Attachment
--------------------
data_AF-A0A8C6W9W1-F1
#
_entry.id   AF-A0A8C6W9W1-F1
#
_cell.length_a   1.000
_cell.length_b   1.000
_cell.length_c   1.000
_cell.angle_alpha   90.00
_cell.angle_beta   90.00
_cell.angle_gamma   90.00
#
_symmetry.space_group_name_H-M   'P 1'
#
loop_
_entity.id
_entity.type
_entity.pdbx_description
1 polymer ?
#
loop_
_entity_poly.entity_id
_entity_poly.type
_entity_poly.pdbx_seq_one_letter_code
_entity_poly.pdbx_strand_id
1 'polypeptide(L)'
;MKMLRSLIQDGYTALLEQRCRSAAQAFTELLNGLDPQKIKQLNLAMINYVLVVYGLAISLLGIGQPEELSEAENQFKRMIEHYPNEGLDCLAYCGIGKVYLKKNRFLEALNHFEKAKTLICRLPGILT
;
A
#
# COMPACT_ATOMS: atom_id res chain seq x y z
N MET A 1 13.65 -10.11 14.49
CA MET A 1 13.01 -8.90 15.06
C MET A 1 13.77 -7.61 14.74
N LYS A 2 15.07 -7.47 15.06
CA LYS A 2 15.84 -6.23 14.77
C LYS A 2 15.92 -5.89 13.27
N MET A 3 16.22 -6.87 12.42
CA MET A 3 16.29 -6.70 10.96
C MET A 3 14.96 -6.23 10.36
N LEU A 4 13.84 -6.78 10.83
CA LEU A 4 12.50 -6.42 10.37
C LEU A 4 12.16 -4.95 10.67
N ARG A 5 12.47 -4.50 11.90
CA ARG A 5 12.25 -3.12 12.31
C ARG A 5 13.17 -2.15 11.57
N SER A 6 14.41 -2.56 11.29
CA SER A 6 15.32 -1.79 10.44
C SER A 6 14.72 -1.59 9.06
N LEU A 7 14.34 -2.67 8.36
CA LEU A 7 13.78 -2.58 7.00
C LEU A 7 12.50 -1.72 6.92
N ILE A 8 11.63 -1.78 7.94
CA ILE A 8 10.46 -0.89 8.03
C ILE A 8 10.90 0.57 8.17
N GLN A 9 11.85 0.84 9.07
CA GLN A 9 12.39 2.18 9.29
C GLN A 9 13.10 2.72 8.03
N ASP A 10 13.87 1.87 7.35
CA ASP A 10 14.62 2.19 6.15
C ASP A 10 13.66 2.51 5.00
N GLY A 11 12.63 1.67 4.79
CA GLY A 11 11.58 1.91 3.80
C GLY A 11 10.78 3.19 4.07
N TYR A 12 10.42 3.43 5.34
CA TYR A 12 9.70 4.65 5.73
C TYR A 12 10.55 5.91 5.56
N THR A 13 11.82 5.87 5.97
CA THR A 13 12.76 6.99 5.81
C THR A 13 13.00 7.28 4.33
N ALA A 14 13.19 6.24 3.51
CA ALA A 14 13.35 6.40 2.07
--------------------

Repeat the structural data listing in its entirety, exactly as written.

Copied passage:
data_AF-A0A8C6W9W1-F1
#
_entry.id   AF-A0A8C6W9W1-F1
#
_cell.length_a   1.000
_cell.length_b   1.000
_cell.length_c   1.000
_cell.angle_alpha   90.00
_cell.angle_beta   90.00
_cell.angle_gamma   90.00
#
_symmetry.space_group_name_H-M   'P 1'
#
loop_
_entity.id
_entity.type
_entity.pdbx_description
1 polymer ?
#
loop_
_entity_poly.entity_id
_entity_poly.type
_entity_poly.pdbx_seq_one_letter_code
_entity_poly.pdbx_strand_id
1 'polypeptide(L)'
;MKMLRSLIQDGYTALLEQRCRSAAQAFTELLNGLDPQKIKQLNLAMINYVLVVYGLAISLLGIGQPEELSEAENQFKRMIEHYPNEGLDCLAYCGIGKVYLKKNRFLEALNHFEKAKTLICRLPGILT
;
A
#
# COMPACT_ATOMS: atom_id res chain seq x y z
N MET A 1 13.65 -10.11 14.49
CA MET A 1 13.01 -8.90 15.06
C MET A 1 13.77 -7.61 14.74
N LYS A 2 15.07 -7.47 15.06
CA LYS A 2 15.84 -6.23 14.77
C LYS A 2 15.92 -5.89 13.27
N MET A 3 16.22 -6.87 12.42
CA MET A 3 16.29 -6.70 10.96
C MET A 3 14.96 -6.23 10.36
N LEU A 4 13.84 -6.78 10.83
CA LEU A 4 12.50 -6.42 10.37
C LEU A 4 12.16 -4.95 10.67
N ARG A 5 12.47 -4.50 11.90
CA ARG A 5 12.25 -3.12 12.31
C ARG A 5 13.17 -2.15 11.57
N SER A 6 14.41 -2.56 11.29
CA SER A 6 15.32 -1.79 10.44
C SER A 6 14.72 -1.59 9.06
N LEU A 7 14.34 -2.67 8.36
CA LEU A 7 13.78 -2.58 7.00
C LEU A 7 12.50 -1.72 6.92
N ILE A 8 11.63 -1.78 7.94
CA ILE A 8 10.46 -0.89 8.03
C ILE A 8 10.90 0.57 8.17
N GLN A 9 11.85 0.84 9.07
CA GLN A 9 12.39 2.18 9.29
C GLN A 9 13.10 2.72 8.03
N ASP A 10 13.87 1.87 7.35
CA ASP A 10 14.62 2.19 6.15
C ASP A 10 13.66 2.51 5.00
N GLY A 11 12.63 1.67 4.79
CA GLY A 11 11.58 1.91 3.80
C GLY A 11 10.78 3.19 4.07
N TYR A 12 10.42 3.43 5.34
CA TYR A 12 9.70 4.65 5.73
C TYR A 12 10.55 5.91 5.56
N THR A 13 11.82 5.87 5.97
CA THR A 13 12.76 6.99 5.81
C THR A 13 13.00 7.28 4.33
N ALA A 14 13.19 6.24 3.51
CA ALA A 14 13.35 6.40 2.07